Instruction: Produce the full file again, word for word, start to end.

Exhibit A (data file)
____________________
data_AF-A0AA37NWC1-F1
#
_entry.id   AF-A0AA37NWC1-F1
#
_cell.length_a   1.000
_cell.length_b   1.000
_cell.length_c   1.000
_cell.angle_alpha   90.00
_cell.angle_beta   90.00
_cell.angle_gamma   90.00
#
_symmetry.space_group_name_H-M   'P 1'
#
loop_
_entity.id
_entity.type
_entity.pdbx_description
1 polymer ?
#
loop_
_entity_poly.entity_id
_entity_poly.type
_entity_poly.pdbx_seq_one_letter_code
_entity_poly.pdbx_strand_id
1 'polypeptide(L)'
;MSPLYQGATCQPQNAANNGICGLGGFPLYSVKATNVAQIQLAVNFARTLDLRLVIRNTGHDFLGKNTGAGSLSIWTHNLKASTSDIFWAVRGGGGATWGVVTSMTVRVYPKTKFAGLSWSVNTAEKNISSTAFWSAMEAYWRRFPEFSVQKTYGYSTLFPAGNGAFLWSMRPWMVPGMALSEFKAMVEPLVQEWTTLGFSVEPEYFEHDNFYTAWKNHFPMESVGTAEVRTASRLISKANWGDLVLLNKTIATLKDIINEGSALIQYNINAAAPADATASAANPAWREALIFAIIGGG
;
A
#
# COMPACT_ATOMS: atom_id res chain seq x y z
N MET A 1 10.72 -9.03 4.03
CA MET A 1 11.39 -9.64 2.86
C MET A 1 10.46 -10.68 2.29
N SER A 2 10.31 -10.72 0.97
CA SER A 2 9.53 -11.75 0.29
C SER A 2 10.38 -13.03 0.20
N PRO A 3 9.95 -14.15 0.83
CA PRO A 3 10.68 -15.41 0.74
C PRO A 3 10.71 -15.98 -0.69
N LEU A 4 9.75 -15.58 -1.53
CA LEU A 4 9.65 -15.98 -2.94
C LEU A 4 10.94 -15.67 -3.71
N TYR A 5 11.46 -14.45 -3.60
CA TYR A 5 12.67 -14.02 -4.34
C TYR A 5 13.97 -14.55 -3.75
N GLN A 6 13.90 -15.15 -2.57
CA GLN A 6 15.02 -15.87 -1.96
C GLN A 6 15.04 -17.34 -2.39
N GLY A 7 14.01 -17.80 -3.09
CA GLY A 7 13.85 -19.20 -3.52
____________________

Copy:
data_AF-A0AA37NWC1-F1
#
_entry.id   AF-A0AA37NWC1-F1
#
_cell.length_a   1.000
_cell.length_b   1.000
_cell.length_c   1.000
_cell.angle_alpha   90.00
_cell.angle_beta   90.00
_cell.angle_gamma   90.00
#
_symmetry.space_group_name_H-M   'P 1'
#
loop_
_entity.id
_entity.type
_entity.pdbx_description
1 polymer ?
#
loop_
_entity_poly.entity_id
_entity_poly.type
_entity_poly.pdbx_seq_one_letter_code
_entity_poly.pdbx_strand_id
1 'polypeptide(L)'
;MSPLYQGATCQPQNAANNGICGLGGFPLYSVKATNVAQIQLAVNFARTLDLRLVIRNTGHDFLGKNTGAGSLSIWTHNLKASTSDIFWAVRGGGGATWGVVTSMTVRVYPKTKFAGLSWSVNTAEKNISSTAFWSAMEAYWRRFPEFSVQKTYGYSTLFPAGNGAFLWSMRPWMVPGMALSEFKAMVEPLVQEWTTLGFSVEPEYFEHDNFYTAWKNHFPMESVGTAEVRTASRLISKANWGDLVLLNKTIATLKDIINEGSALIQYNINAAAPADATASAANPAWREALIFAIIGGG
;
A
#
# COMPACT_ATOMS: atom_id res chain seq x y z
N MET A 1 10.72 -9.03 4.03
CA MET A 1 11.39 -9.64 2.86
C MET A 1 10.46 -10.68 2.29
N SER A 2 10.31 -10.72 0.97
CA SER A 2 9.53 -11.75 0.29
C SER A 2 10.38 -13.03 0.20
N PRO A 3 9.95 -14.15 0.83
CA PRO A 3 10.68 -15.41 0.74
C PRO A 3 10.71 -15.98 -0.69
N LEU A 4 9.75 -15.58 -1.53
CA LEU A 4 9.65 -15.98 -2.94
C LEU A 4 10.94 -15.67 -3.71
N TYR A 5 11.46 -14.45 -3.60
CA TYR A 5 12.67 -14.02 -4.34
C TYR A 5 13.97 -14.55 -3.75
N GLN A 6 13.90 -15.15 -2.57
CA GLN A 6 15.02 -15.87 -1.96
C GLN A 6 15.04 -17.34 -2.39
N GLY A 7 14.01 -17.80 -3.09
CA GLY A 7 13.85 -19.20 -3.52